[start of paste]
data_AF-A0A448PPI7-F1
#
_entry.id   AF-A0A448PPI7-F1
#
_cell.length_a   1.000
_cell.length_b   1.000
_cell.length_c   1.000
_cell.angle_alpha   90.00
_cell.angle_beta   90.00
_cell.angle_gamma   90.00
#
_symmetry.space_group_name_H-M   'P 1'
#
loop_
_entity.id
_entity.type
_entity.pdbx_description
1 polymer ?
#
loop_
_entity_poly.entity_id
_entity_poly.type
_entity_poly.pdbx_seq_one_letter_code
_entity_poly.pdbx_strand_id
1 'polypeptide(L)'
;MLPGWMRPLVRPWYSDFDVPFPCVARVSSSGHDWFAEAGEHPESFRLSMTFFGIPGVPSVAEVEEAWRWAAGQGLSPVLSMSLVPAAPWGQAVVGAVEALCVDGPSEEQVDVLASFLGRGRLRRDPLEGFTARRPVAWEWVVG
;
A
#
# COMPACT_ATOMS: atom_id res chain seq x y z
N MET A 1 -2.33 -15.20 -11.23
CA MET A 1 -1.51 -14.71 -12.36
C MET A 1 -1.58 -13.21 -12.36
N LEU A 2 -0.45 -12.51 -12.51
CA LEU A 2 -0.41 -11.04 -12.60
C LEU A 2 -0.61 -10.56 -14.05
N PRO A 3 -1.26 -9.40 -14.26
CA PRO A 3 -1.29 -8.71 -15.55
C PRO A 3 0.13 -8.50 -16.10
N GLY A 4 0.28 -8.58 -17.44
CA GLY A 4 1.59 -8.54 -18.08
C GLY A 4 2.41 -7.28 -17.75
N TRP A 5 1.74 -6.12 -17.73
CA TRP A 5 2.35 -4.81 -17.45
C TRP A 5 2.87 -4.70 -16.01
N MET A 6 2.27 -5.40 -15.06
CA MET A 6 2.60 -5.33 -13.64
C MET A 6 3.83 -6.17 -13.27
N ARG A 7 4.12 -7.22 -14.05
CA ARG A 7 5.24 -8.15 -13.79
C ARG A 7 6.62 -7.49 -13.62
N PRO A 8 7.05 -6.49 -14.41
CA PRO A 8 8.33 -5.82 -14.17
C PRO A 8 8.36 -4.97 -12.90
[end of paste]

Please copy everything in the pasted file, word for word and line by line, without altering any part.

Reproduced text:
data_AF-A0A448PPI7-F1
#
_entry.id   AF-A0A448PPI7-F1
#
_cell.length_a   1.000
_cell.length_b   1.000
_cell.length_c   1.000
_cell.angle_alpha   90.00
_cell.angle_beta   90.00
_cell.angle_gamma   90.00
#
_symmetry.space_group_name_H-M   'P 1'
#
loop_
_entity.id
_entity.type
_entity.pdbx_description
1 polymer ?
#
loop_
_entity_poly.entity_id
_entity_poly.type
_entity_poly.pdbx_seq_one_letter_code
_entity_poly.pdbx_strand_id
1 'polypeptide(L)'
;MLPGWMRPLVRPWYSDFDVPFPCVARVSSSGHDWFAEAGEHPESFRLSMTFFGIPGVPSVAEVEEAWRWAAGQGLSPVLSMSLVPAAPWGQAVVGAVEALCVDGPSEEQVDVLASFLGRGRLRRDPLEGFTARRPVAWEWVVG
;
A
#
# COMPACT_ATOMS: atom_id res chain seq x y z
N MET A 1 -2.33 -15.20 -11.23
CA MET A 1 -1.51 -14.71 -12.36
C MET A 1 -1.58 -13.21 -12.36
N LEU A 2 -0.45 -12.51 -12.51
CA LEU A 2 -0.41 -11.04 -12.60
C LEU A 2 -0.61 -10.56 -14.05
N PRO A 3 -1.26 -9.40 -14.26
CA PRO A 3 -1.29 -8.71 -15.55
C PRO A 3 0.13 -8.50 -16.10
N GLY A 4 0.28 -8.58 -17.44
CA GLY A 4 1.59 -8.54 -18.08
C GLY A 4 2.41 -7.28 -17.75
N TRP A 5 1.74 -6.12 -17.73
CA TRP A 5 2.35 -4.81 -17.45
C TRP A 5 2.87 -4.70 -16.01
N MET A 6 2.27 -5.40 -15.06
CA MET A 6 2.60 -5.33 -13.64
C MET A 6 3.83 -6.17 -13.27
N ARG A 7 4.12 -7.22 -14.05
CA ARG A 7 5.24 -8.15 -13.79
C ARG A 7 6.62 -7.49 -13.62
N PRO A 8 7.05 -6.49 -14.41
CA PRO A 8 8.33 -5.82 -14.17
C PRO A 8 8.36 -4.97 -12.90